John Kelly Headed To Veterans Affairs?

President Trump may be looking to push Chief of Staff John Kelly aside by giving him a next to impossible job.

With Ronny Jackson out of the picture and apparently back at the White House Physician’s Office, although apparently not officially back on duty as the President’s doctor, Gabriel Sherman at Vanity Fair is reporting that there’s some talk in the White House of moving Chief of Staff John Kelly to the Veterans Administration:

For months, Donald Trump has discussed replacing his chief of staff, John Kelly, who has attempted, with increasing futility, to rein in the president’s impulses since ascending to the job last year. For the past few weeks, Trump has often governed as if Kelly weren’t there, as evidenced by yesterday’s Fox & Friends interview, during which the president essentially undermined his own legal defense. The cringe-inducing telephone interview was precisely the kind of unscripted media appearance the chief of staff had made a point of preventing.

Now, talk of Kelly being jettisoned is ramping up again. According to sources familiar with the situation, White House officials and Trump confidantes are currently discussing the possibility of moving Kelly to head the Department of Veterans Affairs. These people say that the collapse of Rear Adm. Ronny Jackson’s nomination has created an opening for Trump to slide Kelly into the role. It would give Kelly a soft landing, while also having the benefit of putting a qualified official in charge of the sprawling department. “They’re looking for a place for Kelly to land that won’t be embarrassing for him,” one Republican briefed on the conversations said.

It’s unclear how actively Trump is considering the shake-up. (A White House spokesperson said Kelly is not being considered for the V.A.) Such a move, after all, would magnify the fact that Trump hasn’t settled on a viable successor for Kelly’s job. “That’s the issue: how to structure the White House,” the Republican said. The names that have surfaced in the past—lobbyist David Urban, Blackstone senior adviser Wayne Berman, White House Budget Director Mick Mulvaney—don’t appear any closer to being Trump’s pick.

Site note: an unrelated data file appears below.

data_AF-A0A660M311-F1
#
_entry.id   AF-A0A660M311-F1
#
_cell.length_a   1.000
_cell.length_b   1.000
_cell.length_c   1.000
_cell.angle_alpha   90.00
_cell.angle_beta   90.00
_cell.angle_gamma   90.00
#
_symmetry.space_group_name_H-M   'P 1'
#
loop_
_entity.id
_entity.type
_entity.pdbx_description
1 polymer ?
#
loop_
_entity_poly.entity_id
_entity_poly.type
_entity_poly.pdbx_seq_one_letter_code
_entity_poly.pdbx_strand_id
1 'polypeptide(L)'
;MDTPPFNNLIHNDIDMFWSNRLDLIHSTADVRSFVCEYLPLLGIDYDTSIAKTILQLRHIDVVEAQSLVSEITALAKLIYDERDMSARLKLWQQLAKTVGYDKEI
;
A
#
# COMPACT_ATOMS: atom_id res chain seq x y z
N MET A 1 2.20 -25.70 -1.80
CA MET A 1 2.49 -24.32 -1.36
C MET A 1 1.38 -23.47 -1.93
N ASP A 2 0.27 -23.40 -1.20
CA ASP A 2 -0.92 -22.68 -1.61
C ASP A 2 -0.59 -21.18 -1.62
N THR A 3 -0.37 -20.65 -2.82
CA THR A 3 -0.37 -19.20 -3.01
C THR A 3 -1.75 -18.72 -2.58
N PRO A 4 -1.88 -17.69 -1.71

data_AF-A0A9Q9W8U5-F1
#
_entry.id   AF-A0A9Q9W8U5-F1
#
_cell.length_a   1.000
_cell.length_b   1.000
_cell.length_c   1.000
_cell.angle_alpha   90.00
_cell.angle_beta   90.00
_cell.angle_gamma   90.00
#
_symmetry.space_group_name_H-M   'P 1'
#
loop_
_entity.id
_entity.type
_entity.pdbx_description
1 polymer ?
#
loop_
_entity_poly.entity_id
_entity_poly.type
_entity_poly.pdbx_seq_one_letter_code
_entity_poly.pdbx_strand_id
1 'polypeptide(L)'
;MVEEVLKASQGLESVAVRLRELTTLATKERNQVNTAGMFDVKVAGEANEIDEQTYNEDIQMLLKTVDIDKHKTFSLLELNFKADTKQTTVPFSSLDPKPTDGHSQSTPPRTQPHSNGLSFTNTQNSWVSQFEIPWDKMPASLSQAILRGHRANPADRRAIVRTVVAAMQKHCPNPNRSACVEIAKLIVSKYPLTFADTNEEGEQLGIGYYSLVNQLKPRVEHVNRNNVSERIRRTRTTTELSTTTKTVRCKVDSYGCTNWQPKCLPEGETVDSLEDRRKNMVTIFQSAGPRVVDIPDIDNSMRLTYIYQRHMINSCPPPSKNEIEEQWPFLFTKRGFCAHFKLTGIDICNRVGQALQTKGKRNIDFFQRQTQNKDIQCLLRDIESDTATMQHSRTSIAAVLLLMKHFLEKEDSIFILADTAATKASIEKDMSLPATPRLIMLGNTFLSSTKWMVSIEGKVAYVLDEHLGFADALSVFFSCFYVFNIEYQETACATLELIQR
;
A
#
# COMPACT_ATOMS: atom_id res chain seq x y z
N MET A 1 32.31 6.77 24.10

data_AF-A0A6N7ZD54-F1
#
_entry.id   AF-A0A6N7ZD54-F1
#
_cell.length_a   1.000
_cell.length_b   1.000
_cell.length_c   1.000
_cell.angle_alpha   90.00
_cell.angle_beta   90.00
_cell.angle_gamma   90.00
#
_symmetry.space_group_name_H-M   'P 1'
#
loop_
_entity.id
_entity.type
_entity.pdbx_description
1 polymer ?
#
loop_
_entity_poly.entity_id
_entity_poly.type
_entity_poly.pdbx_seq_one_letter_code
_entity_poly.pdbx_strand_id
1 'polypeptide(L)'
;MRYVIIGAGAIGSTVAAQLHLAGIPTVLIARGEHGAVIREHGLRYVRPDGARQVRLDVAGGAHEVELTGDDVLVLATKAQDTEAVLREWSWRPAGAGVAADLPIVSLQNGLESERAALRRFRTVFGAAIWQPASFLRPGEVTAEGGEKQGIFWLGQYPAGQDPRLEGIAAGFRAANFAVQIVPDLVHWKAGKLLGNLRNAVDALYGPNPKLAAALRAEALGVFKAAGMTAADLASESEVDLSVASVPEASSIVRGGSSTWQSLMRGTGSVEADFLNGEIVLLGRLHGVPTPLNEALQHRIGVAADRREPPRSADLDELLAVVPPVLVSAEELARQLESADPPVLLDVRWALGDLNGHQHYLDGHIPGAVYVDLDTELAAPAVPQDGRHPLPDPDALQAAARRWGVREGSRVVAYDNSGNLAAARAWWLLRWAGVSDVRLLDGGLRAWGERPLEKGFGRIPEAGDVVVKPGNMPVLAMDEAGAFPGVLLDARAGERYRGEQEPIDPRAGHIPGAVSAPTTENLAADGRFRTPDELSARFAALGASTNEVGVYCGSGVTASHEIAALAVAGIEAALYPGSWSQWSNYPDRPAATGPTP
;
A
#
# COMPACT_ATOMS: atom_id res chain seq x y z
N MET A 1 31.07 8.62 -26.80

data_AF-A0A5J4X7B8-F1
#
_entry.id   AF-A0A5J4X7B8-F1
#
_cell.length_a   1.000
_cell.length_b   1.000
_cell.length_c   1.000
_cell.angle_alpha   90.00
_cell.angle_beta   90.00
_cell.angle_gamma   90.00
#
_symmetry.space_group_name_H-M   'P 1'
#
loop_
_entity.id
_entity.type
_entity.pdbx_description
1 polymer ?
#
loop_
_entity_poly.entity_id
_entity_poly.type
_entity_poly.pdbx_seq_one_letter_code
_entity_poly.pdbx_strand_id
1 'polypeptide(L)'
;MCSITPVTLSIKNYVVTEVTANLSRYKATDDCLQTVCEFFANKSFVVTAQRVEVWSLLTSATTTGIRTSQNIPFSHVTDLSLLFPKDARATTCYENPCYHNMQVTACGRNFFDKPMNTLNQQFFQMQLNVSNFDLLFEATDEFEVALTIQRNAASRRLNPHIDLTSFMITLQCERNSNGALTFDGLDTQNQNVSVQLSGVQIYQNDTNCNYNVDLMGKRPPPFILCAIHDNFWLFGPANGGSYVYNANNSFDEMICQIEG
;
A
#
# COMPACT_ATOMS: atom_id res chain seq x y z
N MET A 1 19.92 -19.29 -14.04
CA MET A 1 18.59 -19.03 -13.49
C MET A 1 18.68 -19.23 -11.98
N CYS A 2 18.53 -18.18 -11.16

The idea that Trump may be looking at moving Kelly out of his position of Chief of Staff even before he’s been in the position for a year isn’t a new one, of course. Rumors to this effect have been circulating in Washington for months now amid reports that Trump has grown increasingly frustrated with Kelly’s efforts to impose some sense of discipline on an undisciplined White House and an undisciplined President. More than once, there have been reports of disputes between Kelly and Trump over these restrictions, as well as growing conflict between Trump and Kelly. One report, for example, alleged that Kelly and Trump had gotten into a heated argument in the Oval Office to the point where Kelly actually started boxing up some of his personal belongings in preparation for leaving the office that very day. Obviously, that didn’t happen, but that hasn’t stopped the reports about conflicts between the two, as well as increasing efforts by Trump to essentially make an end run around Kelly by calling people without going through him and excluding him from important phone calls, including a call with Russian President Vladimir Putin in which Trump congratulated Putin on his win in an election that nobody believes was actually legitimate. Additionally, there have been those who wondered how long Kelly, who has been on duty ever since signing up for the Marine Corps decades ago, would put up with this kind of humiliation although it seems clear that his sense of duty is playing a large role in his decision to stay where he is.

CNN touched upon this earlier this week in its own report that Kelly actually seems to be ceding control of access to the President and the White House Staff, a possible signal that he may realize that his days as Chief of Staff are numbered:

As Reince Priebus was approaching his final days in the West Wing, staffers had a running joke: if you got between the frenzied chief of staff and the Oval Office, you risked being run over as he darted from meeting to meeting, hoping to force himself into President Donald Trump’s good graces.

John Kelly, who now finds his standing in the White House similarly fractured, has adopted a different approach. Sources inside the West Wing say Kelly has attempted no such effort to insert himself into the President’s daily interactions. Now less engaged in West Wing decisions and less visible in Trump’s day-to-day, Kelly has found himself on a downward slide, sources familiar with the situation said.

Though Kelly used to hold senior staff meetings in his office three times a week, the chief of staff has reduced those to one per week, preferring instead to hold smaller meetings with fewer staffers throughout the day, a source with knowledge of the meetings tells CNN.